Time is relative.
Just like how time is different for us here on Earth from those speeding along in space, or how some people think their time is much more important than yours and are always late.
In music, it's no different. Some notes can get in and say what they need to and get out, but some will stick around for awhile and really make sure you got the point.
The previous articles in this chapter dealt with the pitches of notes. Now we will discuss the duration or length of these note pitches or rests (lack of pitch)
Here is a chart of note duration and their respective rests:
As you can see, each note is twice the duration of the note below. This is the same with the corresponding rest.
A bar will be a selection of a staff contained between two vertical lines, known as bar lines.
The chart demonstrates how many of each note or rest values can be crammed into a bar in 4/4 time. It is the most common time signature, and so will be the only one we will deal with until later on.
The names of the notes and rests also give a clue to how much space they can take up in one bar. A half note will take up half of a bar of 4/4, and the other half can be filled by two quarter notes.
They do try to make it simple for you when they can, those benevolent music gods.
What is that you say?
That can't be all there is? What if you wanted to play a note for 1 and 1/2 beats?
You funky devil, you. Since you were so insistent, I'll let you in on the scoop.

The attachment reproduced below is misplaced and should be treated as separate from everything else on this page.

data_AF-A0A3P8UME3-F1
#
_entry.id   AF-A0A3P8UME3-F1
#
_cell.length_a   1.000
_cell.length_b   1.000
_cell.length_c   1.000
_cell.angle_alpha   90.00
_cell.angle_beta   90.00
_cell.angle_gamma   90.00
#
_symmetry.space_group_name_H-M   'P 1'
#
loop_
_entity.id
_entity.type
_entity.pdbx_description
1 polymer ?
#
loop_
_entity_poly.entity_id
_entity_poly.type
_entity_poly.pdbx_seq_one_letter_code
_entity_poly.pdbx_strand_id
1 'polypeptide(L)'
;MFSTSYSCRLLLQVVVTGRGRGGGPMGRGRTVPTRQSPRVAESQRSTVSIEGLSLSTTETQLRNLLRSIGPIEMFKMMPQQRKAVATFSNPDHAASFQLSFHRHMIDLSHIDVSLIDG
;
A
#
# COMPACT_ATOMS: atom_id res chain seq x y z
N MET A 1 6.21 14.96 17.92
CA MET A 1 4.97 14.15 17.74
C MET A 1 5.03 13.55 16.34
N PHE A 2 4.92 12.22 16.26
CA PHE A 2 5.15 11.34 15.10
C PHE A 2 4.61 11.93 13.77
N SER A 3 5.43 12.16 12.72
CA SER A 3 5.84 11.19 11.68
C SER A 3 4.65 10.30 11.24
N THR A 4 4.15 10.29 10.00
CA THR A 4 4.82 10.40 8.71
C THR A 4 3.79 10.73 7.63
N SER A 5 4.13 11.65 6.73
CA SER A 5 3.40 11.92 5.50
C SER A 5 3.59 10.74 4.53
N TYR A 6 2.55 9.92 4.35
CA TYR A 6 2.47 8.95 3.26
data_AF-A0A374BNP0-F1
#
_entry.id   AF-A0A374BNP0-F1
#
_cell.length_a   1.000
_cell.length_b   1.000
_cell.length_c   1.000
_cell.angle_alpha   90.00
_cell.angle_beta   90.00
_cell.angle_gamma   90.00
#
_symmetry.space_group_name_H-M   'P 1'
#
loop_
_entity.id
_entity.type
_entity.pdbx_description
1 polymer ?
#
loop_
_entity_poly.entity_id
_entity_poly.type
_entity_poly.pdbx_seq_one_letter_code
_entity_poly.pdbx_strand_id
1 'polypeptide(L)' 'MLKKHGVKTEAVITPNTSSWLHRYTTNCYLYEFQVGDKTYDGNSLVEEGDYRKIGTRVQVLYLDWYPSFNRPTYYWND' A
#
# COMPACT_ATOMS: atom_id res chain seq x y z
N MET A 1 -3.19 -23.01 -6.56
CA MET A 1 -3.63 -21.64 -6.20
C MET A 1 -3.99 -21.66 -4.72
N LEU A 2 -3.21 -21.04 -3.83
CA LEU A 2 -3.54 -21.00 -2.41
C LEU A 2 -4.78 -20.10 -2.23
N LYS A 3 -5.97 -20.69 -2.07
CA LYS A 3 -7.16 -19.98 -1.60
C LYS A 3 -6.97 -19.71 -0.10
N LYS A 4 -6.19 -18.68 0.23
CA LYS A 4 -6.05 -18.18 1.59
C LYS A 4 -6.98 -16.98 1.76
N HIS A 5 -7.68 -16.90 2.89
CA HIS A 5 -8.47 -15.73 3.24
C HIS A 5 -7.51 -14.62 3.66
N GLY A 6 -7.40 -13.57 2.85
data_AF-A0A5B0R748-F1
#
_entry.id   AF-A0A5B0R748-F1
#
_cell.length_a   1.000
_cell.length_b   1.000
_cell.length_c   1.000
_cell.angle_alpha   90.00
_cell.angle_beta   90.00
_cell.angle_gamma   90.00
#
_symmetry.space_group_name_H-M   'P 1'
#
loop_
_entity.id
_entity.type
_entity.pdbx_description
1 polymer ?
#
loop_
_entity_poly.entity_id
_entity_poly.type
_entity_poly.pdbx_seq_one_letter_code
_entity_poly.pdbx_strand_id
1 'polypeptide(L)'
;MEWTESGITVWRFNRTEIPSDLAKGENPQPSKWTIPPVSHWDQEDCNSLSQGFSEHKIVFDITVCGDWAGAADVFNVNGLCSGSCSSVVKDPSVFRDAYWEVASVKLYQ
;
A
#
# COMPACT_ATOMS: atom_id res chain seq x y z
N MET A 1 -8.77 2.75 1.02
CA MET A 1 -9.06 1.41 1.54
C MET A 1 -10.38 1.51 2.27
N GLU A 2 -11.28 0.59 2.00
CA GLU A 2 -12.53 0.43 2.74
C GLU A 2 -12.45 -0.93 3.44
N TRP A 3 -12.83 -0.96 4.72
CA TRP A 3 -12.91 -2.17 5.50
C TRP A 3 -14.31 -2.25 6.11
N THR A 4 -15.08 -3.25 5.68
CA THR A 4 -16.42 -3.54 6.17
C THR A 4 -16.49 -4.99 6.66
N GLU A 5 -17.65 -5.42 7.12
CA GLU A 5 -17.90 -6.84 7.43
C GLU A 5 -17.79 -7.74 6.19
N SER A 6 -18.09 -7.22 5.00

To represent time values in between the values shown, a dot is placed after the note (or rest) to increase the length by one half of its original length:
Furthermore, a second dot increases the time value by half the value of the first dot:
Another method of increasing time values is using a tie to join two notes of the same pitch together.
This comes in handy when you need to extend the time value of a note across a bar line and into the next bar, or when extending from beat 2 to beat 3.
We will go into detail about this later, but for organization when writing and for ease of reading, DO NOT JOIN BEATS 2 AND 3.
Throwing a half note on beat two is forbidden. It can make things messier real fast.
Use a quarter note with a tie to another quarter note on beat three.
If the same line is used to join two notes of a different pitch, this is a phrase mark.
Totally different stuff we can talk about later.
For those who came in late, glad you could make it. Since your time is so much more important than all of ours who came to this article at the beginning, then I guess none of this is that important to you.
But seriously, do the homework.
Head over to the EXERCISES here and cover these topics:
Previous article in this chapter:
Basics in Music Notation #3: Ledger Lines and Note Stems
Next article in this chapter:
Basics in Music Notation #5: Accidentals and Distances Between Notes
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